Security

Google Warns Of Unauthorised Security Certificates In Latest Breach

Matt Broersma is a long standing tech freelance, who has worked for Ziff-Davis, ZDnet and other leading publications

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False certificates were issued by a Cairo-based company in the latest incident affecting SSL

Google has warned that unauthorised digital certificates have been issued for several Google domains and possibly others, which it said could potentially be used by an attacker to impersonate those domains and make them appear secure.

The incident, following on from a similar breach involving Microsoft websites last week, is the latest indication of fundamental weaknesses in the way security certificates are issued, and the difficulty of removing trust in unauthorised certificates when they’re discovered.

Google

The breach involved an intermediate certificate issued by China Internet Network Information Center (CNNIC), a non-profit organisation administered by Cyberspace Administration of China (CAC), to one of its customers, a Cairo-based networking and security company called MCS Holdings.

This intermediate certificate, designated a test certificate and limited to a two-week validity, was loaded into a firewall device, where it was apparently intended to be used to intercept traffic passing between the company’s own internal network and external domains, according to Google.

Such an arrangement, called a man-in-the-middle (MITM) proxy, is commonplace, but in this case the proxy was misconfigured in such a way that when a user inside the company’s network accessed external servers, the firewall issued security certificates for those servers, including those of Google websites, Google said.

While the mis-issued certificates appear only to have been applied to traffic passing within MCS’ own internal network, the fact remains that such unauthorised certificates represent “a serious breach of the CA system”, wrote Google security engineer Adam Langley in an advisory.

“CNNIC… delegated their substantial authority to an organisation that was not fit to hold it,” Langley added.

Certificate blocked

Langley said it discovered the certificates on 20 March and immediately contacted CNNIC, while also blocking the MCS Holdings certificate in its Chrome browser.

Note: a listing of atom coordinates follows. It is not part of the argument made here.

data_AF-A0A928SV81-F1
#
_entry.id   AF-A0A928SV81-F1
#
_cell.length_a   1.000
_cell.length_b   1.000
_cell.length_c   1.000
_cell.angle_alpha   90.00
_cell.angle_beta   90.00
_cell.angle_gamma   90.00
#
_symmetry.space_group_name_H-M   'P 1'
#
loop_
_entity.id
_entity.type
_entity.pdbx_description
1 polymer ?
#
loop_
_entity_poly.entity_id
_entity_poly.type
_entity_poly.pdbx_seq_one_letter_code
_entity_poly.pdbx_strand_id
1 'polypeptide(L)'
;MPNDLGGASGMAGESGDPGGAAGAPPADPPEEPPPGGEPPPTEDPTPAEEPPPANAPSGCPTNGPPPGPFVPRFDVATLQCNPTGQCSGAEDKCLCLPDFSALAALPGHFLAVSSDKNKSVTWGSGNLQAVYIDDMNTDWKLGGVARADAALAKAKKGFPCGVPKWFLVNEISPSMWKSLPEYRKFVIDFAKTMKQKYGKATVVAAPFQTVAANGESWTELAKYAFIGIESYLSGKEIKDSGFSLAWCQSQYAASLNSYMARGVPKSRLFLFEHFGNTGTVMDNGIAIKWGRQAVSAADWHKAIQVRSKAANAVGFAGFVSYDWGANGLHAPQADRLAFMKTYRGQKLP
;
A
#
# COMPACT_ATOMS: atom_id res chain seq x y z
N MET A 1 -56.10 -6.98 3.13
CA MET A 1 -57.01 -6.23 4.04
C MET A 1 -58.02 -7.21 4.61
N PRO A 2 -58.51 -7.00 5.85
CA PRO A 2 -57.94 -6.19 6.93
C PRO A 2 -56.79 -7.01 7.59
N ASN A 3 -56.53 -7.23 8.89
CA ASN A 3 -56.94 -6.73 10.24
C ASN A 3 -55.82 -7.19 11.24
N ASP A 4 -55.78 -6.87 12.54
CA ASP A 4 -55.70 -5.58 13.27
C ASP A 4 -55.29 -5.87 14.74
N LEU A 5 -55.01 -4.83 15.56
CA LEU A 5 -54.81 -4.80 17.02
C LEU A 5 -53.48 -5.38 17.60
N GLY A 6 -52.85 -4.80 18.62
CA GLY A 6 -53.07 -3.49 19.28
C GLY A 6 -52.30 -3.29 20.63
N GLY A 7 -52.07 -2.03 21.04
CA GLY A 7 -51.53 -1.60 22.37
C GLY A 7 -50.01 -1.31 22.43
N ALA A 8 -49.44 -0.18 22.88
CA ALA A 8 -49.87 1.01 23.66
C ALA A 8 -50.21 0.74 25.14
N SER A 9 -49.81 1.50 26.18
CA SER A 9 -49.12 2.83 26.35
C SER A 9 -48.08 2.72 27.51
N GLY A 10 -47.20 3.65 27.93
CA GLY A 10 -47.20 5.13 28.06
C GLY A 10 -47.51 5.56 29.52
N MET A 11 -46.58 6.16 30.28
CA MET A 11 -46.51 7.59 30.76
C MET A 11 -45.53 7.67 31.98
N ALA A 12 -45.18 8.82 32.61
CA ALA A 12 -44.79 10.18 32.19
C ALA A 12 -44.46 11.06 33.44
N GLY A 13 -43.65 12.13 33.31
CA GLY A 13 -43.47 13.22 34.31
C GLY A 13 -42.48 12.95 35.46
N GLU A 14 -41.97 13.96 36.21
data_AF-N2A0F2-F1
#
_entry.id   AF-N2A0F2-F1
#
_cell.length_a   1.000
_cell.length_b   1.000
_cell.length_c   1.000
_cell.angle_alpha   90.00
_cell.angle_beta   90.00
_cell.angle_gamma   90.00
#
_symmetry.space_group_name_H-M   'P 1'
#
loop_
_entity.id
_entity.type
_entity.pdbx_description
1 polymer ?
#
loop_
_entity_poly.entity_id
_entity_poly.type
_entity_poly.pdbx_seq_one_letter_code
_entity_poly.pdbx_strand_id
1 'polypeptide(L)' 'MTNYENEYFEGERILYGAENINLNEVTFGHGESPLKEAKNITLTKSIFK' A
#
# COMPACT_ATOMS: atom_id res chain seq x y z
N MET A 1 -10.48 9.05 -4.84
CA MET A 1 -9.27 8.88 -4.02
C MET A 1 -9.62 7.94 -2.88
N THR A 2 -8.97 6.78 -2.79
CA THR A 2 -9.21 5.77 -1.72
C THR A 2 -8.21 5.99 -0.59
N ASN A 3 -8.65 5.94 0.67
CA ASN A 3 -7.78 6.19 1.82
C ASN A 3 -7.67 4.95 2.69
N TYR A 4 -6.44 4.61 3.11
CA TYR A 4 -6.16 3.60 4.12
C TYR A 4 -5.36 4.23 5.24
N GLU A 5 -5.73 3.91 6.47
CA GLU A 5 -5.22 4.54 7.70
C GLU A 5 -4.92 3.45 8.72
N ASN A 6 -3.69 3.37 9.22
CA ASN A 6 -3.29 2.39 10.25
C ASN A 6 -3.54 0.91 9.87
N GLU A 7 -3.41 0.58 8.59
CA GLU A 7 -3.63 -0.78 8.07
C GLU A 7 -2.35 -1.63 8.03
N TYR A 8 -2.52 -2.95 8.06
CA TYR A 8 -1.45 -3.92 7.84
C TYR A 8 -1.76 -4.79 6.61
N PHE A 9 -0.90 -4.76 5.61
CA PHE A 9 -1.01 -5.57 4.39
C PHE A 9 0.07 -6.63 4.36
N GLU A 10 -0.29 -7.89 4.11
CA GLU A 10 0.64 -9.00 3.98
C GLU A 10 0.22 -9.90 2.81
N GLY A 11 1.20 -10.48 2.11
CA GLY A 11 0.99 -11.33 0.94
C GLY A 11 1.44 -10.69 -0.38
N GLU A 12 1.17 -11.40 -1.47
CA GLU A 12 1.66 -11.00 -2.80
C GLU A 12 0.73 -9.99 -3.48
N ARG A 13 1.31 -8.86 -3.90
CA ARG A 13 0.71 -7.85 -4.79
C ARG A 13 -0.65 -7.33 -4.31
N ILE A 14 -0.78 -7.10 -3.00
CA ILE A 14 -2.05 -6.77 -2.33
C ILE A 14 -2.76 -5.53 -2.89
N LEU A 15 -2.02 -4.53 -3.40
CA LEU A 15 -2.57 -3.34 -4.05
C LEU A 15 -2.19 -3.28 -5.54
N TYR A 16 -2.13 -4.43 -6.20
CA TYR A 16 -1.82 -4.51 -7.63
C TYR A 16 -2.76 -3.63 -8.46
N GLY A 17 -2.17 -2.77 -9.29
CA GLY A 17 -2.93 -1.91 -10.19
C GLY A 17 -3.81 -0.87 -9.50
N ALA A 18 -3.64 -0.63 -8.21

The certificate was also blocked in Mozilla Firefox 33 and greater through a mechanism called public key pinning, Mozilla said. The company added that the certificate will be permanently blocked in Firefox version 37.

“An attacker armed with a fraudulent SSL certificate and an ability to control their victim’s network could impersonate websites in a way that would be undetectable to most users,” Mozilla said in an advisory. “Such certificates could deceive users into trusting websites appearing to originate from the domain owners, but actually containing malicious content or software.”

However, Mozilla added that, like Google, it believes “this MITM instance was limited to CNNIC’s customer’s internal network”.

Transparency project

US-based certificate authority Trustwave was criticised in 2012 over a similar incident that resulted in mis-issued certificates, and Google also alluded to a similar incident involving France-based certificate authority ANSSI in 2013.

The breach involving Microsoft’s live.fi domain last week, on the other hand, seems to have been due to a security failure on Microsoft’s part, but also highlighted the ease with which it is possible for hackers to acquire false certificates.

Google held out its Certificate Transparency project, aimed at quickly detecting mistakenly issued or fraudulent security certificates, as a possible solution to the problem.

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